Baltimore Pair Sentenced In Connection With Mortgage Fraud Scheme

Posted by Patrick Barnard on November 22, 2013 No Comments
Categories : Mortgage Servicing

Kimberly Eileen McMillian, 46, of Baltimore, Md., was sentenced to two years in prison, followed by five years of supervised release, in federal court in Baltimore for wire fraud in connection with a fraud scheme involving more than $1 million in fraudulently obtained mortgages.

U.S. District Judge George L. Russell, III, also sentenced co-defendant Glenroy E. Day, Sr., age 73, of Oxon Hill, Md., to two years' probation, with the first year to be served in home confinement. In addition, Day is to perform 200 hours of community service during his second year of probation.

McMillian and Day must also pay $1,028,003 and $540,000 in restitution, respectively.

According to a Department of Justice press release, the pair's scheme worked as follows:

� in 2007, McMillian told a man who had bought three houses in Baltimore and had finished renovations on two of them, that she had clients from the New York area who were interested in purchasing the properties. When he agreed to sell, McMillian submitted loan application packages to a loan officer at a mortgage corporation in connection with the three properties, as well as a fourth property. The four loan application packages were subsequently approved.

The government's investigation revealed that virtually all of the information submitted in the four loan packages was false. In two cases, the purported buyers were individuals who had already returned to their home countries or planned to do so in the near future; the other two "buyers" listed on the loan applications were either stolen or fictitious identities. In none of the four cases was there a real individual who actually intended to live in the properties and make the mortgage payments on them. Moreover, the representations made and the supporting documentation provided on each loan application relating to the employment, income, and financial assets for each purchaser were likewise false.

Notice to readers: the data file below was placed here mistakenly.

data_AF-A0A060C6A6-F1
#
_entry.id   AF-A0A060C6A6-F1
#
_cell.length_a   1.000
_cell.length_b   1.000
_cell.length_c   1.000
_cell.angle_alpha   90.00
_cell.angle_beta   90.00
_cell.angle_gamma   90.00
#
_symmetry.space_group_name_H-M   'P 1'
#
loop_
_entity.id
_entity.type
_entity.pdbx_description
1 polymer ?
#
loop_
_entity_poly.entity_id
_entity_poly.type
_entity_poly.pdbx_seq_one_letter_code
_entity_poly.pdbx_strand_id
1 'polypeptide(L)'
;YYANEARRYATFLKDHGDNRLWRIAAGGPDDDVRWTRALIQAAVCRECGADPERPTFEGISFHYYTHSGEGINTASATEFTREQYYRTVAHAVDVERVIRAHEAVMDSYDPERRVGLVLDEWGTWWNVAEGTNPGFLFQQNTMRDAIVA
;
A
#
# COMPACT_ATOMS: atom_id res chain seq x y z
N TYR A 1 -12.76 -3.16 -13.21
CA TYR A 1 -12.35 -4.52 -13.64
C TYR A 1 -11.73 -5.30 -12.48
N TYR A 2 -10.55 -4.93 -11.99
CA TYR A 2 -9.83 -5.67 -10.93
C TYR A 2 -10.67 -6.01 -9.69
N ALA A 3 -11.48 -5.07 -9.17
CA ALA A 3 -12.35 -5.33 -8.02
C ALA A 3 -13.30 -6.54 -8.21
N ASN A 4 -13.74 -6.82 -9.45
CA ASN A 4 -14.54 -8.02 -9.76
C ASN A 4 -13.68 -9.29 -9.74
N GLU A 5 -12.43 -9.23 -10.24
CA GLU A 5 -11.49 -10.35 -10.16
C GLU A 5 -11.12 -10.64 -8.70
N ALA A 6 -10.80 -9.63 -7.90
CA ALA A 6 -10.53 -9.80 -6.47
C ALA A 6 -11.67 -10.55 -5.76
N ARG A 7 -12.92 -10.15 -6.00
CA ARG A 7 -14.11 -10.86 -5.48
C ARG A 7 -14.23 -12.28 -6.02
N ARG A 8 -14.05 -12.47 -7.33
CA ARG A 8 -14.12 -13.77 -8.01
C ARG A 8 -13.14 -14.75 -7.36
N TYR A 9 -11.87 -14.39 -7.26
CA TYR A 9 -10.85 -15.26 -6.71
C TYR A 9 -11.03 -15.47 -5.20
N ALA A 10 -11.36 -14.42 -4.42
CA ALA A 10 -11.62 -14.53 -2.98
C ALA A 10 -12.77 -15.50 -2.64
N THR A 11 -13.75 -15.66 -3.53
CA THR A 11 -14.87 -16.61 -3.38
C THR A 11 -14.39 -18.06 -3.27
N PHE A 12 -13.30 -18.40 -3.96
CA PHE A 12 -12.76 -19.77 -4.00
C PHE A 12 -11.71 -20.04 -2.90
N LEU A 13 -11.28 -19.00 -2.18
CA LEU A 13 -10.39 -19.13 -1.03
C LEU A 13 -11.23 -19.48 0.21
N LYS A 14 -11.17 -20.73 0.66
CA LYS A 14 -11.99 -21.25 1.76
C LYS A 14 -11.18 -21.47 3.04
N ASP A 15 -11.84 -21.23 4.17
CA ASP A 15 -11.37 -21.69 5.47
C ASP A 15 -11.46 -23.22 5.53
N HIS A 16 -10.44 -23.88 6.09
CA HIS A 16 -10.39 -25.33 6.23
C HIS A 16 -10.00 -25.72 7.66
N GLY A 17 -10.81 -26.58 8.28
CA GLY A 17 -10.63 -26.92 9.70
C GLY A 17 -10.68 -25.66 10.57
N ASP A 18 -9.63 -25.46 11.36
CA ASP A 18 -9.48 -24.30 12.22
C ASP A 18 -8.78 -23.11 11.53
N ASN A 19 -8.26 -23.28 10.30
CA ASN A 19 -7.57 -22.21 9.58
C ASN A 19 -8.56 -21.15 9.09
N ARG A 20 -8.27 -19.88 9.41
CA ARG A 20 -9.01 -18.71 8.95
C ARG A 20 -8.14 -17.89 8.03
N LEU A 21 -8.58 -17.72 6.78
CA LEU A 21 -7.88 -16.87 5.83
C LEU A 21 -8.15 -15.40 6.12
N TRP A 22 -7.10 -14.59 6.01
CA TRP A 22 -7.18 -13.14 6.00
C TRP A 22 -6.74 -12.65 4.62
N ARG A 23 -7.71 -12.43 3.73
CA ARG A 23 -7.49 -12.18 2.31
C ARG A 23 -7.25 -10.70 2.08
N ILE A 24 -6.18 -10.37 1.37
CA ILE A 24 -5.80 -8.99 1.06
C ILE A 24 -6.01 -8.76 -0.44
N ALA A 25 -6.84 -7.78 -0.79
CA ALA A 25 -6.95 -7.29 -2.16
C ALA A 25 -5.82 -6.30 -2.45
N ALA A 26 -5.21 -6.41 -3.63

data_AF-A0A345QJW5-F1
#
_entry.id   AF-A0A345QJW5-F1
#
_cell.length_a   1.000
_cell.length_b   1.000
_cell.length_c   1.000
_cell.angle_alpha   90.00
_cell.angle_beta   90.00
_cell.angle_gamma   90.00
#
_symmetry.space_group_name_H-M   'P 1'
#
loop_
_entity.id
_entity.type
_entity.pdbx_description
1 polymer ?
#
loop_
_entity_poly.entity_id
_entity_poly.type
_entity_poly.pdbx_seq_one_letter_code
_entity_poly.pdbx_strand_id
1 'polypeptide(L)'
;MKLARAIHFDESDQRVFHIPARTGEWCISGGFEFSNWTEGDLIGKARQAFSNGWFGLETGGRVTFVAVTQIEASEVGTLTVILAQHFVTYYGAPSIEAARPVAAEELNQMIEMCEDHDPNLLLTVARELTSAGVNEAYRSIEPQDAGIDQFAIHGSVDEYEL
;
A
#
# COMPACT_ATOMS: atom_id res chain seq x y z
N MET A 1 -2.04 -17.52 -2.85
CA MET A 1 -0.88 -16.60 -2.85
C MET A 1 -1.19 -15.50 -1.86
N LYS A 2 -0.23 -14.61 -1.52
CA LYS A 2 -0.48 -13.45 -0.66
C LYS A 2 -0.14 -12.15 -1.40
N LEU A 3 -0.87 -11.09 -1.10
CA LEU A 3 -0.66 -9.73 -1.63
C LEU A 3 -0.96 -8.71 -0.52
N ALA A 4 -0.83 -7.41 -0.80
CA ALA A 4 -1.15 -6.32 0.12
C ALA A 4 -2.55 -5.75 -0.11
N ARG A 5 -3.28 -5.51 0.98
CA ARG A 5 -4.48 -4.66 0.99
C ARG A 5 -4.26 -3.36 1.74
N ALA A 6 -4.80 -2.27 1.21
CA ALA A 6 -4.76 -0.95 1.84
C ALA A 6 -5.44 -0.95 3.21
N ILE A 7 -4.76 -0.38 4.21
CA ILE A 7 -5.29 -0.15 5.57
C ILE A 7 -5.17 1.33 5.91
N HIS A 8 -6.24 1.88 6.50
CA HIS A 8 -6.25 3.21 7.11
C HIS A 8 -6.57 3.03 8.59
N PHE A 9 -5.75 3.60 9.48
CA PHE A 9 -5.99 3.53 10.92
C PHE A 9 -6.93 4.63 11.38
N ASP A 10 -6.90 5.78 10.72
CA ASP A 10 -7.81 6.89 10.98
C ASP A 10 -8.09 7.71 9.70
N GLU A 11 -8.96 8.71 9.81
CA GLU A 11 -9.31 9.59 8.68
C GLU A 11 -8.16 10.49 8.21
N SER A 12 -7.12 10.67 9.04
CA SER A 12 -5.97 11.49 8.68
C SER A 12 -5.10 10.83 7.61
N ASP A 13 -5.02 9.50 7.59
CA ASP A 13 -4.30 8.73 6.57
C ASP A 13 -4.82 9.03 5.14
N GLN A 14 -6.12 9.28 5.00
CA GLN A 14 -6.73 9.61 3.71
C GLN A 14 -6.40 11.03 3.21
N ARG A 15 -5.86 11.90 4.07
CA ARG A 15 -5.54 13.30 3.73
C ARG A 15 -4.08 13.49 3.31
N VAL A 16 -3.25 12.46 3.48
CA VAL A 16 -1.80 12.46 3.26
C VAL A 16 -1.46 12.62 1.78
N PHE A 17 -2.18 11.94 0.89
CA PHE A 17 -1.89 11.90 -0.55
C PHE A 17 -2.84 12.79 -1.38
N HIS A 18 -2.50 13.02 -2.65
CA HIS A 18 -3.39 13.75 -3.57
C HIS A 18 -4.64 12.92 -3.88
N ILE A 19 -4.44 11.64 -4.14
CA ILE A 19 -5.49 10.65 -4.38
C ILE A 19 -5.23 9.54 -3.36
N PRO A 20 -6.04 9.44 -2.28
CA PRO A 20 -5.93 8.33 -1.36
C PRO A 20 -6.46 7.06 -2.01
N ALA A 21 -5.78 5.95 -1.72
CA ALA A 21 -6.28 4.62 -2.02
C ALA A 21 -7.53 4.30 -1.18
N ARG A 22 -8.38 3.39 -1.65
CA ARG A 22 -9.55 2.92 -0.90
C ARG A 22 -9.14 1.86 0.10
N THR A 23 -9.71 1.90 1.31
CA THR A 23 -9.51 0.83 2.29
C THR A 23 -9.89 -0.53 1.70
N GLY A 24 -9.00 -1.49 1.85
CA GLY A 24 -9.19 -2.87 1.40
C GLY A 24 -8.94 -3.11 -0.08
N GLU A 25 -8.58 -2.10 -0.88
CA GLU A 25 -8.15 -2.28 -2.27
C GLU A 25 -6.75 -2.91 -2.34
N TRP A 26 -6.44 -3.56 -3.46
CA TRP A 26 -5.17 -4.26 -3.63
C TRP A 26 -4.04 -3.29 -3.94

McMillian arranged to have Day, an unlicensed appraiser, prepare the appraisal reports on all four properties because she knew he would provide an appraisal at the specific contract price without regard to the actual condition or value of the property. For two properties located at 2243 Madison Ave. and 2359 McCulloh Ave., Day admitted that he falsely represented that both properties had been recently upgraded and renovated. Day further admitted that these two appraisals also included interior photographs that were actually taken in completely different and thoroughly renovated houses. Day's appraisals indicated that each of the four appraisals had been reviewed and approved by a licensed appraiser, but the individual specified has denied that he saw or reviewed any of the four appraisals.

Based on the false information provided relating to the four ‘buyers’ and the condition and market value of the properties, the mortgage company agreed to extend financing on each of the four properties, totaling $1.094 million in all.

McMillian received a total of approximately $278,000 from the four transactions at the closings, although she in turn transferred $122,000 of the settlement proceeds to another individual and an associate's business checking account. Day received approximately $2,000, which he had charged for preparing the four appraisals.

Following the closings, the mortgage on each property soon went into default. Typically, either no mortgage payments were made at all, or only a couple of payments were made.

To read the DOJ's full release, click here.

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